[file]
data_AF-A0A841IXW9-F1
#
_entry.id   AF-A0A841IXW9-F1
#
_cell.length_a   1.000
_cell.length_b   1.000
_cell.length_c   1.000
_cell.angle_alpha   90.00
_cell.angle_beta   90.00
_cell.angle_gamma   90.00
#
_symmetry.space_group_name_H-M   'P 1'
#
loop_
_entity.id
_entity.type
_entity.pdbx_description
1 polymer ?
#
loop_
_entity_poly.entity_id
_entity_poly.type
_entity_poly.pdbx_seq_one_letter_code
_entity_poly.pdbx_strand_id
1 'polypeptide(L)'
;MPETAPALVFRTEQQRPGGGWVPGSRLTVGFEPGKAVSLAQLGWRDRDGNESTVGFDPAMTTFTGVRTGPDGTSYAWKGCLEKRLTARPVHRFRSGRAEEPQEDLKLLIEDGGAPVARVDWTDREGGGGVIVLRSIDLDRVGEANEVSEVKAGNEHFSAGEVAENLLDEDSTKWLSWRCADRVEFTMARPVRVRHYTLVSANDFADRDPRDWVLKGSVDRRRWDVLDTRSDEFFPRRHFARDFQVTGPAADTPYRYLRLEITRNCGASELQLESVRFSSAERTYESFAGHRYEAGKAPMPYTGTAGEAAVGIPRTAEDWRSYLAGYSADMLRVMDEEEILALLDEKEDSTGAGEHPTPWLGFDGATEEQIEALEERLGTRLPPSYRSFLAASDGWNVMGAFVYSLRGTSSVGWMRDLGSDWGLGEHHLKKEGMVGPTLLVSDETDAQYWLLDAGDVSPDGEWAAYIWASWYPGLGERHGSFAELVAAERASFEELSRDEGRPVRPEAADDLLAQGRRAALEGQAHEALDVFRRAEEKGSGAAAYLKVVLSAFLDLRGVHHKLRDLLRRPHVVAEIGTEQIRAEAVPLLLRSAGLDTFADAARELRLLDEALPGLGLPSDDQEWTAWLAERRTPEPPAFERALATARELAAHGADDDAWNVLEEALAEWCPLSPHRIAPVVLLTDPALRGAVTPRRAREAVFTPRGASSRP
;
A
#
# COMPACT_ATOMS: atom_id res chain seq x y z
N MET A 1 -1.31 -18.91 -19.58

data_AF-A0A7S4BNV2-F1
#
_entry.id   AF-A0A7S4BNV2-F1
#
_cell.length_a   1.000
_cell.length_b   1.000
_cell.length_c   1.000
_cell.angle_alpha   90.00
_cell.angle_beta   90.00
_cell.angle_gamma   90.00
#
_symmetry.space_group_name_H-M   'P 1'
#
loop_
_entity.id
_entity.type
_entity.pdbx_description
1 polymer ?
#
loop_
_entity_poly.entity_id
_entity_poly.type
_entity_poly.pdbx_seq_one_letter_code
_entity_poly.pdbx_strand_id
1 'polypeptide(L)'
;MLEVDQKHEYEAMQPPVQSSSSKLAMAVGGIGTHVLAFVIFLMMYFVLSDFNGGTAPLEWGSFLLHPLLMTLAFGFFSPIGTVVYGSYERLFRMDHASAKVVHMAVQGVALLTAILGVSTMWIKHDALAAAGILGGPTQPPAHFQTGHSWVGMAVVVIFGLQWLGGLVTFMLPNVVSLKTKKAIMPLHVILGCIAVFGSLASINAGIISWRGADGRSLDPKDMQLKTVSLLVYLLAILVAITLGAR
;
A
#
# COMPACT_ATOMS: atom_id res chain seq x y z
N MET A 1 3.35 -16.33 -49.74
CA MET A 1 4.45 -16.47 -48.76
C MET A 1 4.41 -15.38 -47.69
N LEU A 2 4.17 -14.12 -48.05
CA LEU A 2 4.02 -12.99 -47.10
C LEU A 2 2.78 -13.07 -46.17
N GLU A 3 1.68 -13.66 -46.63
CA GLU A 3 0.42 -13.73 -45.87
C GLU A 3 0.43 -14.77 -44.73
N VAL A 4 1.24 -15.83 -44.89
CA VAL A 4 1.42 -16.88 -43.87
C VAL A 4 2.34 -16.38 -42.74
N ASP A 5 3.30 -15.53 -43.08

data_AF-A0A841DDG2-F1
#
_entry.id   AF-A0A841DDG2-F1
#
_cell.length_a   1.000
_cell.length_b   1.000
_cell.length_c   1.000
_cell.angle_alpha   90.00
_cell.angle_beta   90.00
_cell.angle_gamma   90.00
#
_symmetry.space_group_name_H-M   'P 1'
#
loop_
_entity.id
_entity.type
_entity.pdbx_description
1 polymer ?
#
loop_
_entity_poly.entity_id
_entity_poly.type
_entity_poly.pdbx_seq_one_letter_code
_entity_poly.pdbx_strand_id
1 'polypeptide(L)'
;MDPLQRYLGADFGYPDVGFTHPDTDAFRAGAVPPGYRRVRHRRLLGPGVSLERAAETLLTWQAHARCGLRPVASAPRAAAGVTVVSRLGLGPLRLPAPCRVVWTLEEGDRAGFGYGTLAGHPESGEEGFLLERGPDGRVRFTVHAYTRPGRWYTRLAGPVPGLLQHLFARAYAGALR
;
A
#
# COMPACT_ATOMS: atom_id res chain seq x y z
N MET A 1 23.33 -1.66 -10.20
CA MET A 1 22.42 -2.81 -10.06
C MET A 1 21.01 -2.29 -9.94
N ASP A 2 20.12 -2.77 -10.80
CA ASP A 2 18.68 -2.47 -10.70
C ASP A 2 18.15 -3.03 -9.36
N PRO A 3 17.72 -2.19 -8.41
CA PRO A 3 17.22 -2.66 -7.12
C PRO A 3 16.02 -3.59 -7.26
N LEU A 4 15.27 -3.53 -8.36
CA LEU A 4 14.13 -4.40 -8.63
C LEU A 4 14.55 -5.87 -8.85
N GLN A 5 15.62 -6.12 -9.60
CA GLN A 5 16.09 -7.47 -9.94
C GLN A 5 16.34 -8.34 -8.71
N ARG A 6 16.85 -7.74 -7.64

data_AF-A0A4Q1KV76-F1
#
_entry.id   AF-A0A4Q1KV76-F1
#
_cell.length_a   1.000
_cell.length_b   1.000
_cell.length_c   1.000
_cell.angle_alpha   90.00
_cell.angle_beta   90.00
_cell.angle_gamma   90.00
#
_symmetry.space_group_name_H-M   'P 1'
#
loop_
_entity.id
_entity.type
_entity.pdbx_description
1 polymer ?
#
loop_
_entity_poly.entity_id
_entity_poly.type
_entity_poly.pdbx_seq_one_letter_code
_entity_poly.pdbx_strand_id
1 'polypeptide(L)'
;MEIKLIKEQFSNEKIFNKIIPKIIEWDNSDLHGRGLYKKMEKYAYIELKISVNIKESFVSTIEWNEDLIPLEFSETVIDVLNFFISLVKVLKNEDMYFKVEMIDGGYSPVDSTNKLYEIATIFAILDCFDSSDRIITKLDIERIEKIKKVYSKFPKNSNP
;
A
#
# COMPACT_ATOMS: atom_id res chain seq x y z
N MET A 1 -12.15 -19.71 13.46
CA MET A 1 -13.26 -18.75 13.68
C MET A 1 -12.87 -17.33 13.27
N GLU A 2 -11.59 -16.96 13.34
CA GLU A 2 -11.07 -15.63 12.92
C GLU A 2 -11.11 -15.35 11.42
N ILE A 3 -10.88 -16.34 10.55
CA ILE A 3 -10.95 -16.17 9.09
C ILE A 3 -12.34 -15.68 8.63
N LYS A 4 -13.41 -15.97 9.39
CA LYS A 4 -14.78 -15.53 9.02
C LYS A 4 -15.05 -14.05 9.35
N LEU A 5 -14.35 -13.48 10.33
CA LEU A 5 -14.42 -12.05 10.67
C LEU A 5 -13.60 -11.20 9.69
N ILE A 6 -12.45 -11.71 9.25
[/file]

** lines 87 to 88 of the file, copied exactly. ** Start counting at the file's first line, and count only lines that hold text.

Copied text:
#
loop_